When Washington tries to set up in the video below, the half-wall is rushed immediately. Backstrom makes the logical play and moves the puck up top to create some spacing and maintain clean possession, but the Islanders again pressure immediately. When the puck is moved to the half-wall to Backstrom, Clutterbuck doesn’t break stride one bit and instead pushes right down to maintain speed. Meanwhile, the rest of the PK maintains a base triangle in the house so that when Clutterbuck skates to the wall and the puck moves back up top, Cizikas pushes up and Clutterbuck slides into his spot.

Here is the same thing playing out later in the game, with Backstrom trying to set up and Islanders penalty killers chasing him down all the way in the corner.

Later in the season, when the Capitals and Islanders met again, a similar scenario occurs. Even though Washington wins the faceoff and tries to set up, Ovechkin is pressured immediately and the puck is iced. When Washington regains the zone and possession, Kulemin squares up in their formation and then attacks Backstrom on the wall, leading to another clearance.

Unlike traditional PPs, the key thing to keep in mind with Washington is that the player down low and the player in the slot are often the two least dangerous players on the ice. The Ovechkin-Shattenkirk-Backstrom umbrella up top is lethal; all three can score at any time. By comparison, the player down low picking the puck up around the goal line is not that scary from a scoring perspective. The player in the slot can be if he has time or is able to get a one-timer off, but he can be closed off quickly.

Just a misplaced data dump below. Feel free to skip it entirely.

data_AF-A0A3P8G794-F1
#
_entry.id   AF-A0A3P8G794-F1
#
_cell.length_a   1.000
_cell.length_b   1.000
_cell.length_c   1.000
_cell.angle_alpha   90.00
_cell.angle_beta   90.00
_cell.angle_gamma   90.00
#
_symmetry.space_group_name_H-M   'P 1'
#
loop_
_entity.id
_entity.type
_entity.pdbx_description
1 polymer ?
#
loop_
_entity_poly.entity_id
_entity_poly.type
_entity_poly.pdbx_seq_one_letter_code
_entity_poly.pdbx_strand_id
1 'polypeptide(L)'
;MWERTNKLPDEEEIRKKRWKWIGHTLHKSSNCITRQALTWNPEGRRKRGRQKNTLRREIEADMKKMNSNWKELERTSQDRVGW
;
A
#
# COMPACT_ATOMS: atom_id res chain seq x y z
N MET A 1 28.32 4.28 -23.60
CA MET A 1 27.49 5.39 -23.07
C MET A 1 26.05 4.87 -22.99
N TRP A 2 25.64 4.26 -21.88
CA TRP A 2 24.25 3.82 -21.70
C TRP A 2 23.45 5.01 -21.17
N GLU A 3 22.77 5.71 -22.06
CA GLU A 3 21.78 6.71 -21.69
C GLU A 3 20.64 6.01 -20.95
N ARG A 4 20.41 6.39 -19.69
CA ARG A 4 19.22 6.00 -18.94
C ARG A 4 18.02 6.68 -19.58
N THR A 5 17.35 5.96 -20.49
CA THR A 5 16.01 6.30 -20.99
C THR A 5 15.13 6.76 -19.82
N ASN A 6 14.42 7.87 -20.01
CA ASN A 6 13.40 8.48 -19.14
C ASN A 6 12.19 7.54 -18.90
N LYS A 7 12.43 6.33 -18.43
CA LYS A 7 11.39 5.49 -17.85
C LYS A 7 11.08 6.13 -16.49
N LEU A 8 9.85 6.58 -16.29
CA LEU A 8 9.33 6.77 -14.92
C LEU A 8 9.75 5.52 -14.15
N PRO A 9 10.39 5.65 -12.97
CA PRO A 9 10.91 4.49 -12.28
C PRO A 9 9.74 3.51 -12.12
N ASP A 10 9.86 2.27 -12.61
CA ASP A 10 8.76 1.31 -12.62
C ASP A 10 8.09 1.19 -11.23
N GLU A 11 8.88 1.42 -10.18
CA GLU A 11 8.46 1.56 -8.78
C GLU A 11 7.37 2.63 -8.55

Another team to have success against Washington on the PK this season is the Columbus Blue Jackets. They killed off 11/12 against Washington, including a perfect 5/5 after Washington traded for Shattenkirk. Let’s look at some of their keys to success.

Columbus was also aggressive on the walls, although they did not skate right at Backstrom the way the Islanders did. Here we see really tight pressure. When Backstrom works it up top, Seth Jones makes the read we just discussed, leaving the man in front of the net to help take away the Ovechkin one-timer. He plays the odds and it works out.

While the Islanders were very aggressive with only their forwards, the Columbus defense was activated more. In the video above, we see the pressure in the corner. In the video below, we see two defensemen below the goal line pressuring and battling to create a turnover and clear the puck.

We showed Toronto getting burned recently against Washington; later that game, the Leafs did try to pressure more. We can see in the video that even though the first man is pressuring well, the other three Leafs don’t rotate. This is something the Islanders and Columbus did well so as to not leave guys wide open.

Below, the Leafs have a single chaser compared to a ‘pressure PK’ and Washington works it around calmly before creating an excellent scoring chance.


In Summary

Toronto went 7/9 on the PK against Washington this season. It’s not bad, but over a potentially long series, a sub-80% PK will be tough to win with (18 teams were over 80% this year). Backstrom and Ovechkin are the two key players and now Washington has a third weapon in Shattenkirk that they are starting to unlock, which makes their unit even more dangerous. What the Leafs can learn here is the importance of pressuring the half-walls and rotating their PK at the same time to take away lanes and openings (and I think they have the forwards to do it in Zach Hyman, Leo Komarov, Connor Brown, and Kasperi Kapanen). For the majority of the season, Toronto has primarily clogged up the shooting lanes up top and lightly pressured the half-wall at times, pushing the play down the zone. They’ll have to amp it up this series to have success here.